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Academic Kindness is Awesome!

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It is Monday and we all need some good news.  So, from the Department of Good News in the Academy, folks, this is a heads up for any of you who may have missed the great tumblr site, Academic Kindness, which the editor or editors call, " a record of unsolicited kindnesses, unexpected goodwill and excessive generosity in academia."



Each post is little more than a paragraph.  A story of kindnesses large and small, though, really, mostly small.


May Ethan Schmidt Rest in Peace. The Rest of Us Should Not.

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And twenty four hours later, it is over. Thirty-nine year old historian and history professor Ethan Schmidt was shot and killed in his office yesterday morning on the campus of Delta State University.  Bright, hard-working, part of a constellation of many personal, professional and public circles and communities...

And now he is dead.  The most recent headline.  The flashiest of victims of gun violence this week.  Maybe.  The week is still young.  You never know.

But, hey, there's a candlelight vigil.  Before we move on.

Schmidt was murdered by a colleague.  All evidence points to this as a deeply personal killing.  

Museums and Historic Sites in the 21st Century : Observations from the Field

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Ever wonder what a group of talented, ambitious, passionate and creative young museum professionals would discuss if they got together on a Tuesday evening?  So did I.  

Hence, this event, which took place April 21, 2015:



We had a terrific panel discussion with practitioners working in historic museums, historic sites and other corners of the field.  I was so impressed  by the thoughtfulness and generosity of our panelists -- Bethany Groff Dorau, North Shore Regional Site Manager for Historic New England, Doneeca Thurston, Adult Programs Coordinator at the Peabody Essex Museum, Kate Preissler,  Executive Director at Wisteriahurst Museum and Jonathan Parker, Chief of Education, Interpretation and Collaborative Partnerships at National Parks Service -- Salem Maritime and Saugus Ironworks National Historic Sites.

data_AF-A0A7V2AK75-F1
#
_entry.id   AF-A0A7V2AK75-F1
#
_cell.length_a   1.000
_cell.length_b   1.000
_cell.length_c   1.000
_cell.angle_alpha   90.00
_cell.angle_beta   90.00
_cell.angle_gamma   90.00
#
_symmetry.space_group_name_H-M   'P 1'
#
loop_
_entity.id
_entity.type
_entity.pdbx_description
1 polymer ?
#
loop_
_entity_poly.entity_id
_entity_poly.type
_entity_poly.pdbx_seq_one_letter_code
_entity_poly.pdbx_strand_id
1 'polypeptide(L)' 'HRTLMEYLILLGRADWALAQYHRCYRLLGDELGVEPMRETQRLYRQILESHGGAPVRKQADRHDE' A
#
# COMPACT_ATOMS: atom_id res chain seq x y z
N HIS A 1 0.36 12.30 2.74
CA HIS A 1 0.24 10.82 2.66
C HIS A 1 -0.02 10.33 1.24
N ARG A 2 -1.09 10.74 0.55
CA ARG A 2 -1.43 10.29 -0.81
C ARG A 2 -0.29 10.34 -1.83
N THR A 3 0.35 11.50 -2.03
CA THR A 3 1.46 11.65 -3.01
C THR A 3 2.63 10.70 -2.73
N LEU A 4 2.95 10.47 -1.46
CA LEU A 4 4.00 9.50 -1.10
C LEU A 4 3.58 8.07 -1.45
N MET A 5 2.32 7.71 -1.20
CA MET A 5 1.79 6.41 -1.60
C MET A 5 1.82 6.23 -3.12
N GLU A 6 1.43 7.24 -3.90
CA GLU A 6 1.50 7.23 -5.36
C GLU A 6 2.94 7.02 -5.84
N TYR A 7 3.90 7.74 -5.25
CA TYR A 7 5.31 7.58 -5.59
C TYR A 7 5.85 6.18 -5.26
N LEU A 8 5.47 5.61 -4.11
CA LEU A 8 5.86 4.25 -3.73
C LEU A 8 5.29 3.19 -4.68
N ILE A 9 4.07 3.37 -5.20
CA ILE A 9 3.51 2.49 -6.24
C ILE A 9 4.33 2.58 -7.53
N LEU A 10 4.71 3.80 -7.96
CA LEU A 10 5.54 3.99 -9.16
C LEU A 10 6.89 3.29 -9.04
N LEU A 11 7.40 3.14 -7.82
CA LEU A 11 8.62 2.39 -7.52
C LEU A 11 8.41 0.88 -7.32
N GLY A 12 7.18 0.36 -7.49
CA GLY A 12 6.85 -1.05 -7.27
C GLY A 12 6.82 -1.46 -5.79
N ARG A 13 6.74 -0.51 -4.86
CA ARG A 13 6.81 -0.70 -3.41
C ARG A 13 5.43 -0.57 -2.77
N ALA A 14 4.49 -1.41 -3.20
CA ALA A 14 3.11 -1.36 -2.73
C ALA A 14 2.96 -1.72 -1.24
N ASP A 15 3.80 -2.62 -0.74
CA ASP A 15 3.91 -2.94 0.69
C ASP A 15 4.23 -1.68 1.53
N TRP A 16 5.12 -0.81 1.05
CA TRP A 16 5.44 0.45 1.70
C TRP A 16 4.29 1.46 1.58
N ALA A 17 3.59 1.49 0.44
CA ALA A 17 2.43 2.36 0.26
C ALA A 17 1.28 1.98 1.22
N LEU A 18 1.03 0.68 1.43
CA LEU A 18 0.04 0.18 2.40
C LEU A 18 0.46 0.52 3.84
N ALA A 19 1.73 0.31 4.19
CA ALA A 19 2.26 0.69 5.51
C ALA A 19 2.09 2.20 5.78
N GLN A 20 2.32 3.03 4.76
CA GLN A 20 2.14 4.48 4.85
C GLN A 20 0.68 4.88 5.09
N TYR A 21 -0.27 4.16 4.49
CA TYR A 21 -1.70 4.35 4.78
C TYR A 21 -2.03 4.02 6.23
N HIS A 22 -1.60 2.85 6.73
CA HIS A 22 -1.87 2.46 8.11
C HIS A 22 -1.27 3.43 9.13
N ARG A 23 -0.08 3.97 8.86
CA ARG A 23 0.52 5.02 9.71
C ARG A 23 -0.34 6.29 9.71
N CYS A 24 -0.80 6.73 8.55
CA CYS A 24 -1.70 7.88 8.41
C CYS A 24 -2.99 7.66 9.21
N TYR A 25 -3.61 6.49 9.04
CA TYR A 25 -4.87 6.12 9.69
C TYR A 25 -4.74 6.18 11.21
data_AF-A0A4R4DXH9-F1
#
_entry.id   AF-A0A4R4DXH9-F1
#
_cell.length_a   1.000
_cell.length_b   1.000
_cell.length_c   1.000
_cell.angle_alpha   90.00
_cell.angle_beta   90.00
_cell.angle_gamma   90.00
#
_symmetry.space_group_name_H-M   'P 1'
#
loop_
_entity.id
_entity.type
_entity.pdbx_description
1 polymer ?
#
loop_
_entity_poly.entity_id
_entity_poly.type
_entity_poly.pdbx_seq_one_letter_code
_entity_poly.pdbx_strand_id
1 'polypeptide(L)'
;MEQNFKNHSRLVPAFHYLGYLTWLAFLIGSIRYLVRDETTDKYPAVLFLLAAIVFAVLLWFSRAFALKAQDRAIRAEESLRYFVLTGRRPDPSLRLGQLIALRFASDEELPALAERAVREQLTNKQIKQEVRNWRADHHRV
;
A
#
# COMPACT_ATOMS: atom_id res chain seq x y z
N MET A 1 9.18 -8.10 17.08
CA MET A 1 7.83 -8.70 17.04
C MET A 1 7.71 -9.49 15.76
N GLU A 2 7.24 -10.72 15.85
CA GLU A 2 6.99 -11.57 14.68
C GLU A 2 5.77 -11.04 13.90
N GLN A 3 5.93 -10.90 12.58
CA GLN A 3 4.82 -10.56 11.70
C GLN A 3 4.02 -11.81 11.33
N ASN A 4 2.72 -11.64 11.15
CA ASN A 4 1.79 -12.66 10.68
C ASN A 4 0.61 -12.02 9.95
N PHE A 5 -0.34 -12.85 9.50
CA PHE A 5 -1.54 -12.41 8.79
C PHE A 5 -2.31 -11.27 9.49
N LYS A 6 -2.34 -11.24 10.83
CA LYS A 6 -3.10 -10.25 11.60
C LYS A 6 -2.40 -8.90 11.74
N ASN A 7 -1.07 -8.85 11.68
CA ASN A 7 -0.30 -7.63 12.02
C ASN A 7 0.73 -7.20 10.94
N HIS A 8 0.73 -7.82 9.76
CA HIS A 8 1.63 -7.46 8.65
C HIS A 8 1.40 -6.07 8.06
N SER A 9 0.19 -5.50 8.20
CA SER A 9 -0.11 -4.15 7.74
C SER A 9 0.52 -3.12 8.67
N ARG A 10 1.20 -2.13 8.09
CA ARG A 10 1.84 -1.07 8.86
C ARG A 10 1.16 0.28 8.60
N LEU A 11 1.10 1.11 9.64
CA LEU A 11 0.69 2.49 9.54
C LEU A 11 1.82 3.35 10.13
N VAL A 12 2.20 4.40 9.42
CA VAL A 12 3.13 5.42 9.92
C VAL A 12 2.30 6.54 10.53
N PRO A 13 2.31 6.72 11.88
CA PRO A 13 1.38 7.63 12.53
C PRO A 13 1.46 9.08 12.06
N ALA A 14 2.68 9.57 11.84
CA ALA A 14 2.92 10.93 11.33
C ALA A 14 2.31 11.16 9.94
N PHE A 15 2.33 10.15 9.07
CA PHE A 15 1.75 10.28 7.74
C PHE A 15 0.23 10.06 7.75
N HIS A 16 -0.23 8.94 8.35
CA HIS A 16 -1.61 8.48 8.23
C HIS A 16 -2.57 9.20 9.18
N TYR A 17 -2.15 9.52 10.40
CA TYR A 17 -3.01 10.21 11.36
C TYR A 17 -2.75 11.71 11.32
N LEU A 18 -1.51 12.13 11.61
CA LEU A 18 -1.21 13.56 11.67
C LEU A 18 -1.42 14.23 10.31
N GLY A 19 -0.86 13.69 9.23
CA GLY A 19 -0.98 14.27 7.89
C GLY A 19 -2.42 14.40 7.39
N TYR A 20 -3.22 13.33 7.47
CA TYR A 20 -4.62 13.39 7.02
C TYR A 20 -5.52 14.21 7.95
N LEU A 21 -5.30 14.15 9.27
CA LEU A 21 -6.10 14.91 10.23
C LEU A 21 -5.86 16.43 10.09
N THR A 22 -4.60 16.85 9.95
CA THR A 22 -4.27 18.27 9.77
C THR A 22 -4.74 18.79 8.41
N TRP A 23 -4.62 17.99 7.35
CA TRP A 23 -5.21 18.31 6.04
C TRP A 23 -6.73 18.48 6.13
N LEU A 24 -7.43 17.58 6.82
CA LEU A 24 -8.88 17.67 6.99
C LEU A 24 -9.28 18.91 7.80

Honest Talk About Failure: When Public History Projects Don't Work Out

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Last year, colleagues and I hosted a roundtable discussion at the National Council on Public History's annual meeting on learning from failure in public history practice.  The blog post that inspired it is here: Do You Have a Problem with the Word Failure?

It was particularly memorable for me because we got to play Failure Bingo, which was pretty great:



The American Historian  was nice enough to publish a short piece on the wisdom that emerged from the roundtable on the ways we might best address failure in public history collaborations.

You can read it by clicking here.



Let me know what you think in the comments!

Not Everyone is Hiding from Scary Ideas in College